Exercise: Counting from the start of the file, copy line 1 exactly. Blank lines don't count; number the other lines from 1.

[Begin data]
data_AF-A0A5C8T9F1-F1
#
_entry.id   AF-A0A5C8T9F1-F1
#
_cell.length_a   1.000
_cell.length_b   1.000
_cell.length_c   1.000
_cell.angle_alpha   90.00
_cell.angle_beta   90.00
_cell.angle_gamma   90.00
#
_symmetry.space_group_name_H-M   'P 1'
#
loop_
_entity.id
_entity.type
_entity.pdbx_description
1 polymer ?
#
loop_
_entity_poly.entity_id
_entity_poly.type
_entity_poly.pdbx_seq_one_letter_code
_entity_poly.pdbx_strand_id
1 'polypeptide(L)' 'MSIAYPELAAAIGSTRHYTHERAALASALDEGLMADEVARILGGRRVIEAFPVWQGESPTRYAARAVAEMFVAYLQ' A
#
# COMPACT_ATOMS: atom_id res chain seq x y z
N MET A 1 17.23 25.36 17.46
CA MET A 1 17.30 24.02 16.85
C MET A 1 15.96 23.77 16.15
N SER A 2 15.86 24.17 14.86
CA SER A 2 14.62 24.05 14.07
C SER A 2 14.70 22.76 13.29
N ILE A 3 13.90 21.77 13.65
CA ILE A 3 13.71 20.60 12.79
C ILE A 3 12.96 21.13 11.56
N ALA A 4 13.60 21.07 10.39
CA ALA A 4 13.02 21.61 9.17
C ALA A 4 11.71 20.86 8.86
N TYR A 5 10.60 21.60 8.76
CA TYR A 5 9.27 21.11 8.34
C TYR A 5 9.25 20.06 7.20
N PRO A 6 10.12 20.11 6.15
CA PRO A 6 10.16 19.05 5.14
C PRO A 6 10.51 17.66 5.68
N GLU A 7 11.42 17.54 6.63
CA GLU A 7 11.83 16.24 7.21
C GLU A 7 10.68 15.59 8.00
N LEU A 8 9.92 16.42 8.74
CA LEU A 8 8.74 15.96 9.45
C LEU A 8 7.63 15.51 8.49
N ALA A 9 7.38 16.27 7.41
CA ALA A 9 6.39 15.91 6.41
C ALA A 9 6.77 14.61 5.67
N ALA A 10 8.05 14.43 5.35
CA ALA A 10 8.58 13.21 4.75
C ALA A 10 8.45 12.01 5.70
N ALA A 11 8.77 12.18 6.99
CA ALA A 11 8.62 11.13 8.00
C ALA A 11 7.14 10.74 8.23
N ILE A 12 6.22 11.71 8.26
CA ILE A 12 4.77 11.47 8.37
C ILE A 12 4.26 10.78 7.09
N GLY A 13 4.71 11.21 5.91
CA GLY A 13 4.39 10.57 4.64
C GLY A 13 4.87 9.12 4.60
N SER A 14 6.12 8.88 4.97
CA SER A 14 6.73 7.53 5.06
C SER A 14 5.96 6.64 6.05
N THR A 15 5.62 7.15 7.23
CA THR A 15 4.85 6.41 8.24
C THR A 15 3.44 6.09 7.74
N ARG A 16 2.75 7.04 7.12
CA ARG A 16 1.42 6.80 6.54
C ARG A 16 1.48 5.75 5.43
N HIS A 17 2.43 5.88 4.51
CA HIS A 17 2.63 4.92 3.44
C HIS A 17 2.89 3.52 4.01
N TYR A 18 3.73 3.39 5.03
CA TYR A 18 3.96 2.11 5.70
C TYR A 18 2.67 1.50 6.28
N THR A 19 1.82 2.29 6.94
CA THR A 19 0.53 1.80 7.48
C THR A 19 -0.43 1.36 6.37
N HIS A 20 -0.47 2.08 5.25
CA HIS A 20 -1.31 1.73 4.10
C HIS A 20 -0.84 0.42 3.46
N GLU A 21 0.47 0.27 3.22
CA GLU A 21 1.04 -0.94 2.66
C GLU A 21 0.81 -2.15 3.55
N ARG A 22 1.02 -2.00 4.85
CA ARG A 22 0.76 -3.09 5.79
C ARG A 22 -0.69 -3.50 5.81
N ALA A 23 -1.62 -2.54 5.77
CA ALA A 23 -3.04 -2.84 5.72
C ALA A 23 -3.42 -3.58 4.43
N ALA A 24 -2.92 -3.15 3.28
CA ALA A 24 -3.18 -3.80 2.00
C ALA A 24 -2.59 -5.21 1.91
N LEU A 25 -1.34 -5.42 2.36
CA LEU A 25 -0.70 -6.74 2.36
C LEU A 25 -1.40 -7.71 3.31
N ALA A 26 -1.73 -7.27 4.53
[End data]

data_AF-A0A5C8T9F1-F1